Worked a bit more on the login screen today, after installing the new Xcode 4. I was kind of worried at first, when I started it up it kept crashing, but it worked fine after a few tries so I think it was just having issues trying to reopen some of the files and such before it adjusted or something. The middle window seems to have vanished, at least from the default view, which was kind of weird since I’m used to that, but using the more organized tree sidebar is probably better anyhow.

Some interesting things I noted was that gdb automatically opens, as well as some stack info, which is pretty useful since the way I arrange my screen the gdb button used to be covered, and also happens to leave the new gdb window in a spot that’s easy to read. Another thing I like is how the build and run errors now load in the sidebar instead of in another window. All of these changes seem to work together to keep everything in the single window so I have less windows open at once, which is really helpful, both in working and in getting back to work next time.

So the first thing I did was to finish up some of the layout stuff, resizing it to a more squarelike version like I said I wanted to try. I had hoped to get a similarly neat effect that the modal windows have, without actually doing it as a sheet modal view, and it worked, I think. Also note that I finally got the iPhone link thing to be placed nicely.

Continuing, I worked on the login functionality, which started off with a mysterious crash with the LoginCommDelegate. Using breakpoints, I narrowed down the access error to what seemed to be between two functions, where the breakpoint was reaching the end of one but crashing before it got to the other one somehow. This turned out to be an issue with a double release on a string. I didn’t notice this because the first release was actually within one of the calls to NSString, which used an autorelease on its result.

This didn’t actually result in any real functionality yet, and I still need to implement the actual setting of the user object upon a successful login (as well as preventing a login if the server response shows it failed). However, to do this I need to see what the results are like so I can figure out what the response looks like to know what to pull out of the response into the user object.

Since I am still having issues with the network, I’ll probably look at this with Evan on Wednesday. The network has always been a big problem for me, since it means I can’t test a lot of things successfully like this.

Since I couldn’t get any further with the login functionality, I switched gears and worked on the counterpart user creation functionality. I adapted my work from creating the personal info page to implement the controller for this, and also generated it as a sheet modal view over the login full-screen modal view. You can see from the screenshot how it’ll work.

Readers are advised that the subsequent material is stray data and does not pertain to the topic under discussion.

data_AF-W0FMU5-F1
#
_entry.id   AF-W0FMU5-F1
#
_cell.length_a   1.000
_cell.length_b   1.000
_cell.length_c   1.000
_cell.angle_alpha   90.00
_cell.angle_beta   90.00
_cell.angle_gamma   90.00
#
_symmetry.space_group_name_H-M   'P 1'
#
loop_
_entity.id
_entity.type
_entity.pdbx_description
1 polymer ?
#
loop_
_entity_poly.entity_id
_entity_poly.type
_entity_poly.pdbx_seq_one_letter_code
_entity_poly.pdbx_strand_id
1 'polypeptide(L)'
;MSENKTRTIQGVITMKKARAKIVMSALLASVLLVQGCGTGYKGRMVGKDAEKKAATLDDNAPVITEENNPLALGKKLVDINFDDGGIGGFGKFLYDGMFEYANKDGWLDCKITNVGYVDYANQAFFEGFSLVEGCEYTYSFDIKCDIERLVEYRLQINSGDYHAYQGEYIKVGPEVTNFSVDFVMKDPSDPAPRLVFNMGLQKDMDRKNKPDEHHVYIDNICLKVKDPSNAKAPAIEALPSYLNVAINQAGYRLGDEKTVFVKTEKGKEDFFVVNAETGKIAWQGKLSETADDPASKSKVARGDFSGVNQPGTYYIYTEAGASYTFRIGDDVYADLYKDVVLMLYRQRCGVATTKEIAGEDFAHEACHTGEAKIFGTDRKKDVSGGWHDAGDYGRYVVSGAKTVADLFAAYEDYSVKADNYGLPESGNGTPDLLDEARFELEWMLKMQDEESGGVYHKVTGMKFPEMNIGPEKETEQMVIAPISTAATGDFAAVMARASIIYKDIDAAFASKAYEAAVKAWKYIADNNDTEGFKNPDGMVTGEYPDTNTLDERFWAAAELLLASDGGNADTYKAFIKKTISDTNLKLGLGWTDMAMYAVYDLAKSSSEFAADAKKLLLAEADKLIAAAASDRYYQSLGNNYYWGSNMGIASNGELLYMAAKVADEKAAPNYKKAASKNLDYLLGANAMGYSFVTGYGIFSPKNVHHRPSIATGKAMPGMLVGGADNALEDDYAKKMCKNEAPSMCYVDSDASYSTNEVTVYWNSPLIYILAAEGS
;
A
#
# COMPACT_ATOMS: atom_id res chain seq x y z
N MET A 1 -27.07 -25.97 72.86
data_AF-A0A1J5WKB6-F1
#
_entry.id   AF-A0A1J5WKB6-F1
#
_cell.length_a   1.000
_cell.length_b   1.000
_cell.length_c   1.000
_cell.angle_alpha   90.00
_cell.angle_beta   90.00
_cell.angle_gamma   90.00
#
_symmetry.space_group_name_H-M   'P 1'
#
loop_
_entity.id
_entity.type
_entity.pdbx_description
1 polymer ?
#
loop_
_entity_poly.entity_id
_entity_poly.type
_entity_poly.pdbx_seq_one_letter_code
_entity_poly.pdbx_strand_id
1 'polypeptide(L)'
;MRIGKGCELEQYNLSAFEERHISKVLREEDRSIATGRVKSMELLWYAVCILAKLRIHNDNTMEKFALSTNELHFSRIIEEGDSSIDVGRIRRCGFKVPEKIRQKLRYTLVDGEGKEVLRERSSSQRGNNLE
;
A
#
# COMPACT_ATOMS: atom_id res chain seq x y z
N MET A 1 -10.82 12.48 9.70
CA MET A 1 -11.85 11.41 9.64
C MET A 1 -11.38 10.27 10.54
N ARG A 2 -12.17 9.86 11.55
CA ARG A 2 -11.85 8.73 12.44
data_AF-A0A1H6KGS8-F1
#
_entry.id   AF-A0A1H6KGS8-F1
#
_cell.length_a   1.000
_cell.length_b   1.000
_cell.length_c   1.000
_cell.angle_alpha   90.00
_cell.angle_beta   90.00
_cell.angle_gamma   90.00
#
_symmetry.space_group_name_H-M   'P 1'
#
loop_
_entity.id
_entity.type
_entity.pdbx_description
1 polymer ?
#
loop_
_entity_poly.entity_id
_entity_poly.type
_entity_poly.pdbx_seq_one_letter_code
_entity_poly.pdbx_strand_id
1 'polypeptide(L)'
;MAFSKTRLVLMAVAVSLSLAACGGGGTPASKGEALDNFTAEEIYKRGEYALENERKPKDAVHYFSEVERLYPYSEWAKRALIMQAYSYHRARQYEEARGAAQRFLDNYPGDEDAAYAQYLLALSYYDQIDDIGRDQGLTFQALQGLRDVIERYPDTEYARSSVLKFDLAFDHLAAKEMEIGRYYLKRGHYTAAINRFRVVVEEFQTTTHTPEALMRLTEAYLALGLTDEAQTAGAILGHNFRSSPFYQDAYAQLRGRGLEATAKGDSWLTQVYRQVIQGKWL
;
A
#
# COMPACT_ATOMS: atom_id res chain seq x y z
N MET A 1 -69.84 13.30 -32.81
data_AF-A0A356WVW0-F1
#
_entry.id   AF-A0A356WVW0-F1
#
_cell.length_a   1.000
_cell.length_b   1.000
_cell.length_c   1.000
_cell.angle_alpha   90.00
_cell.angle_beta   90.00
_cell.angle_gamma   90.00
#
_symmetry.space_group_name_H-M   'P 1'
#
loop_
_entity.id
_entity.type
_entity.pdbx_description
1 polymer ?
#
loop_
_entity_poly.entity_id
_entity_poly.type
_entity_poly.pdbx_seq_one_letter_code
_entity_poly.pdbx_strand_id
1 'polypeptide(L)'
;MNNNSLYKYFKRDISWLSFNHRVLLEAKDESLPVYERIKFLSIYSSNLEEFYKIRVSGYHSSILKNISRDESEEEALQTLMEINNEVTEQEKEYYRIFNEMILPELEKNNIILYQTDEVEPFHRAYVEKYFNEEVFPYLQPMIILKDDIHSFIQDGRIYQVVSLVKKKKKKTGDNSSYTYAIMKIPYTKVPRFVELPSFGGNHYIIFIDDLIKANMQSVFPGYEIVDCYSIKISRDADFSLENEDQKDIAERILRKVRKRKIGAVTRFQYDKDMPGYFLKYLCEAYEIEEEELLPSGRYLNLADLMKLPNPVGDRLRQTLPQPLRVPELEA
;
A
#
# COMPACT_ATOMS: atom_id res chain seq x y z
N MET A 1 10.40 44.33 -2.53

Along with these changes, I linked both the personal info edit screen as well as this user creation screen to the same singleton user object for the application, and will incorporate the login to this as well. This will keep the user’s information consistent between them.

The main issue is that none of the three functions actually have any network communication right now, since I’ve been having problems with that. This means that although all of the functions appear to work, they can’t create a permanent account for the user nor can it actually authenticate the user’s login right now.

Currently, the login screen lets the user in no matter what they put in, and it doesn’t write the login data to the user object since I want to get this working ASAP and didn’t bother with the dummy stuff since I’ll have to remove it later anyhow. Once I get the network working, I’ll have to do the user object initialization off the response.

The user creation actually does initialize the user object, so that later uses of the personal info window can edit it correctly. This will just need the addition of the network communication later, with a note to the user if it doesn’t go through that they are on a temporary account.

One thing that will have to be decided is whether the user creation automatically logs them in with that info, or just makes the account but makes the user have to login with it before letting them in. Currently it just appears to let the user in, and I think this will be how the complete version will work too. Less clicks makes for happier users, and there’s no real reason to do it otherwise that I can think of.

Will hopefully get the network stuff done on Wednesday, and with the integration of that the login screen will be complete. Oh! Except that iPhone link thing, I STILL have no idea what that thing is for. Another thing to talk to Evan about.